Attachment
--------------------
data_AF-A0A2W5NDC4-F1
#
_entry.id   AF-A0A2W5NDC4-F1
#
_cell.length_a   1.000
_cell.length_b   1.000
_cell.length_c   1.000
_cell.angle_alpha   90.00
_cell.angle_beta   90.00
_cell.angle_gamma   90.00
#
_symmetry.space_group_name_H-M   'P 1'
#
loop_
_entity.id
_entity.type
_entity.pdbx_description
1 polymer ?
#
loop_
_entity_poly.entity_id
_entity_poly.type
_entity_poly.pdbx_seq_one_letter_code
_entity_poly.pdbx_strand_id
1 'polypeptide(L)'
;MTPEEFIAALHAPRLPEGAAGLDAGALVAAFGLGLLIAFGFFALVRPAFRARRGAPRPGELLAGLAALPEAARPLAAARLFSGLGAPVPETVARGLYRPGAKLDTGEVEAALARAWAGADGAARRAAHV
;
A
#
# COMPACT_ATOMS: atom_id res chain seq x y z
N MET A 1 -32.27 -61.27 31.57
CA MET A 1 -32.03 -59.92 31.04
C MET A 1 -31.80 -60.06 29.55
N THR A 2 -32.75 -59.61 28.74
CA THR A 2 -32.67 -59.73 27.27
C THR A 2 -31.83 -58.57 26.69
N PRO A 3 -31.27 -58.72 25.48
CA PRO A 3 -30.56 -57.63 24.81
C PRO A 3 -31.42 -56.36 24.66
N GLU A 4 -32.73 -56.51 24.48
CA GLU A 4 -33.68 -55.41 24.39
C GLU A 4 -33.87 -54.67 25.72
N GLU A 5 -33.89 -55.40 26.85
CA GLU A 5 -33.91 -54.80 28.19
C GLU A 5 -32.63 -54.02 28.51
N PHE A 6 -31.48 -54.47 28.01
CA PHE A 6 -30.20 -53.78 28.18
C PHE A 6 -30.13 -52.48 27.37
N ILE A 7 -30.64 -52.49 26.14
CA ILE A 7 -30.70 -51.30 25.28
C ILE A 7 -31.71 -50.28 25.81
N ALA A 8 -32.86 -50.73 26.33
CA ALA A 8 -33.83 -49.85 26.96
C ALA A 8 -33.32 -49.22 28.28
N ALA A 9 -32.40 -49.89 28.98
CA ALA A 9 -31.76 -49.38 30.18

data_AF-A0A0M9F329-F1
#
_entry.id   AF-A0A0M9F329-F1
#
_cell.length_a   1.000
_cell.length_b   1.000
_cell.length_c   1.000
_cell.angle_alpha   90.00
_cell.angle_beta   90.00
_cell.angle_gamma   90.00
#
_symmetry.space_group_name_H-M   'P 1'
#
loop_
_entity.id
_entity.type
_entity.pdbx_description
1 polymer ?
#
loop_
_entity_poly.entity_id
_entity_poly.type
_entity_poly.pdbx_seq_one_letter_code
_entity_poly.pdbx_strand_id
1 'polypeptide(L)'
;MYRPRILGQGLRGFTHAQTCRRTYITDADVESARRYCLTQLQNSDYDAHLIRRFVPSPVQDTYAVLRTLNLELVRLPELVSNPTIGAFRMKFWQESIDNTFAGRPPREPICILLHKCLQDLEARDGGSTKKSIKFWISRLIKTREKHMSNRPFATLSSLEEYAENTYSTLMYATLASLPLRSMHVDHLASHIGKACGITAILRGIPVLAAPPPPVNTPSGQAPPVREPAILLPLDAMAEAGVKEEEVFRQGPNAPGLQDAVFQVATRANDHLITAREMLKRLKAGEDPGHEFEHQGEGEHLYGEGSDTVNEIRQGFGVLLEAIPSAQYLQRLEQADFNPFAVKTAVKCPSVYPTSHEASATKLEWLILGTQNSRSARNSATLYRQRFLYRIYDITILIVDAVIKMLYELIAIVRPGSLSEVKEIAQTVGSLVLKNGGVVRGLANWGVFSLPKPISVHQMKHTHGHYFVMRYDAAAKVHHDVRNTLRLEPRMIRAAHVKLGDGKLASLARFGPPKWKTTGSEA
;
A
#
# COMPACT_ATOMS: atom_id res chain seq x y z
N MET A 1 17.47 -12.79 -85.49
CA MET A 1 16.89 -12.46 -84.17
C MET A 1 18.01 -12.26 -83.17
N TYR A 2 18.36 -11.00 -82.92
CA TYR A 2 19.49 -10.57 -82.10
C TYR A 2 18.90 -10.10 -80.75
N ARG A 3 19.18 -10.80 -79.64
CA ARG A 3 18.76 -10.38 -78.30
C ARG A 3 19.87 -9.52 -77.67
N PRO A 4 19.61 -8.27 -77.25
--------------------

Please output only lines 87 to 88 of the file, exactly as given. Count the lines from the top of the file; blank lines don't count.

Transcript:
N MET A 1 17.47 -12.79 -85.49
CA MET A 1 16.89 -12.46 -84.17